The Pittsburgh Pirates optioned Gregory Polanco to the minors today, which is a move that was expected this Spring, but not a move that everyone wanted to see. Travis Snider and Jose Tabata are no sure things in right field, while Gregory Polanco represents a potential impact player and the future starter at the position. It can be hard at times to back off the excitement of that future potential, and that’s one of the challenges the Pirates had with making this decision.
“Our challenge is to not get too excited, too soon, and to put him in a position he’s not ready for,” Pirates General Manager Neal Huntington said. “And that’s what’s made this decision so difficult is that he is so talented, he is a great young man, and he’s a good worker.”
Huntington said that he told Polanco there are some organizations who would put him in the majors because he could go compete there and survive. He said that the Pirates don’t take that approach.
“That’s not what we want to do. That’s not what we’re about,” Huntington said. “We’ve said it from day one, when you put a player in the big leagues because you need him, and not because he’s ready, in our minds that’s the wrong reason.”
Everyone remembers young guys like Mike Trout, Clayton Kershaw, or Manny Machado who came up at a young age and stuck at the major league level. You don’t remember the guys who struggled, or who busted completely. You could argue that Jose Guillen, Aramis Ramirez, and even Jose Bautista are examples of guys who saw their careers stall because they were brought to the majors too early. Those are just recent examples in Pirates’ history and don’t include guys from other teams who have seen their careers derailed by being brought up early.
“Survival results in some guys never getting to that next level in which we think he can become,” Huntington said. “Sometimes it delays it by years. And we’re looking forward to Gregory hitting the ground running when he gets to the big leagues, and helping us win games, and helping us push toward October again.”
The Pirates have done a good job of bringing their prospects up at the right time. Andrew McCutchen had success from day one in the majors, and had a 3.4 WAR over four months in his rookie season. Starling Marte had some struggles in his brief time in the majors in 2012, but posted a 1.1 WAR in about two months of work. He had a 4.6 WAR in 2013 during his first full season in the majors. Gerrit Cole had a 2.3 WAR in half a season in the majors last year, and was looking like an ace by the end of the season.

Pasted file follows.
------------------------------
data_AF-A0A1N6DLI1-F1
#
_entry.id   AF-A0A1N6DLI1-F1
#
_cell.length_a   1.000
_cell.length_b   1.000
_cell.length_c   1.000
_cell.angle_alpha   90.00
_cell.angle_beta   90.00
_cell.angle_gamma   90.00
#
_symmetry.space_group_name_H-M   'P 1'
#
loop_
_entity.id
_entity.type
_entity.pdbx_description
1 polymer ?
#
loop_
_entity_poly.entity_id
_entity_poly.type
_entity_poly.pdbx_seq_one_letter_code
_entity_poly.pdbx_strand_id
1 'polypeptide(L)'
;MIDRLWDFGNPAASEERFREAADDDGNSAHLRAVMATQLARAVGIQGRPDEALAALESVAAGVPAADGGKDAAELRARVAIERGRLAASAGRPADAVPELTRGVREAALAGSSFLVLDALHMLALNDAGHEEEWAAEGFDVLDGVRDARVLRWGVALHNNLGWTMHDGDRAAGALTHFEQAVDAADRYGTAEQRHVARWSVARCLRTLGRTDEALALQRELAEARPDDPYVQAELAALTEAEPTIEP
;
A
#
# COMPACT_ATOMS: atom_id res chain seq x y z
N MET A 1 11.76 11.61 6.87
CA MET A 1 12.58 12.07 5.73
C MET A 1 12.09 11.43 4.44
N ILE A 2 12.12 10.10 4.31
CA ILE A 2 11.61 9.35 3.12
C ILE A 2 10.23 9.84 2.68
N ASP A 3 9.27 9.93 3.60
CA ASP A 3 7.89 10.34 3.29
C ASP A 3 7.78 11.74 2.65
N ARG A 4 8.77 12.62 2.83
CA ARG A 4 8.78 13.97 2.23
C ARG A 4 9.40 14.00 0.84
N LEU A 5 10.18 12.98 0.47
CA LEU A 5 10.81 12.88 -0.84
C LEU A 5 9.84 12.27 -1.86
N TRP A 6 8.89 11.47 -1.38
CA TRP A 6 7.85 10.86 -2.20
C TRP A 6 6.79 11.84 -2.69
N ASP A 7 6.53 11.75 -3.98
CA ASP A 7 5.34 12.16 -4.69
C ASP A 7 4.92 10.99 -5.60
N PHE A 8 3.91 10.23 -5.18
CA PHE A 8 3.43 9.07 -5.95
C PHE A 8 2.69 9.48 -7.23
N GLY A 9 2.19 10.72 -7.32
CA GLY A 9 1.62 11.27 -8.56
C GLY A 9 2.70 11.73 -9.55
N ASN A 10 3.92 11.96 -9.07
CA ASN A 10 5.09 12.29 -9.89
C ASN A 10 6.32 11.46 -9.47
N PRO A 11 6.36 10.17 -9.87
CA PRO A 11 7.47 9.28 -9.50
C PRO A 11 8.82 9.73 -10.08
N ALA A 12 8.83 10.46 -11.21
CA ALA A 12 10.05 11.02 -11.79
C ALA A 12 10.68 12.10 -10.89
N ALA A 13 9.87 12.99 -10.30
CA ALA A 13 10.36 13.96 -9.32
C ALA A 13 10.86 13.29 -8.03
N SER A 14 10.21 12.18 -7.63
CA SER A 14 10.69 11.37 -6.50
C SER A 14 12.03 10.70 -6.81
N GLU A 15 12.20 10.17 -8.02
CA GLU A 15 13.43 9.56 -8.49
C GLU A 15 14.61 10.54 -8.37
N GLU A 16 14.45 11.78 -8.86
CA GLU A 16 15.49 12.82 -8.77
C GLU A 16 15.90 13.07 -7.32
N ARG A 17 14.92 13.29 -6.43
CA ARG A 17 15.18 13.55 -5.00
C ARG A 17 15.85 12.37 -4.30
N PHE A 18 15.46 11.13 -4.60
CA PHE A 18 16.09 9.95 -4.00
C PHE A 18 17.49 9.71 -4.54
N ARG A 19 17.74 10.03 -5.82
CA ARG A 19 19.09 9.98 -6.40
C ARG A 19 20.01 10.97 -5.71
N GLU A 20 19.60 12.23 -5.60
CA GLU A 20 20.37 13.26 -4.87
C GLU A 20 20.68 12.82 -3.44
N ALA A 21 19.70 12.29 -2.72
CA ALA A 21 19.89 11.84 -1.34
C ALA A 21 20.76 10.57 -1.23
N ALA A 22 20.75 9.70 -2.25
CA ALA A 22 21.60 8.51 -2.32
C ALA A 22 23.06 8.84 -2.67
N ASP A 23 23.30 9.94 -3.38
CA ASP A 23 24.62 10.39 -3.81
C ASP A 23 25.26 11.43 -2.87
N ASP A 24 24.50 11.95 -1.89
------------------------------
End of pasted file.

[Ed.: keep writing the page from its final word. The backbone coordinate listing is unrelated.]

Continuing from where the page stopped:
The only notable guy who saw his career stall was Pedro Alvarez, who was sent down to Triple-A several times in 2011 during his first full season, before turning things around in 2012 and leading the NL in home runs in 2013.
It was easier with McCutchen, Alvarez, and even with Marte. The Pirates weren’t coming off a contending season where they made the playoffs. There wasn’t the pressure to make moves and put “the best 25” on the field on Opening Day. I think Polanco is probably one of the best 25 guys right now. He’s better than Snider or Tabata without being fully developed. But I think there’s more that could come from Polanco. The extra value the Pirates get from Polanco by starting him on Opening Day or a few weeks into the season does not match the value the Pirates get from him when he’s ready.
“We’ve worked very hard to stay logical and rational in our thought process, sometimes to the frustration of some,” Huntington said. “Emotional decisions in our minds are not the right decisions, and a logical, rational decision is to continue to allow this young man to work through things that he needs to work through to be able to hit the ground running at the major league level.”
Huntington said that Polanco needs to work on keeping his swing short, driving the ball gap-to-gap, continuing his strike zone command, and separating his defense from his offense. He will be playing right field full-time in Triple-A to get re-acclimated to playing the position. Polanco played right field in rookie ball, but has been a center fielder the last two seasons.
“Like everyone in the minor leagues, just refine his overall game,” Huntington said. “He’s got so much ability. He’s worked so hard. The improvements he’s made over the last two years are like few that I’ve seen.”
Polanco is a good player right now. He’s going to be a great player in the future. The Pirates might get some benefit from having a good player in right field from day one, but that isn’t guaranteed, and comes with the risk of derailing Polanco’s progress of becoming a great player. That’s not a risk they should take, as it potentially hurts Polanco’s value over the long-term, all to get a small upgrade for the very short-term.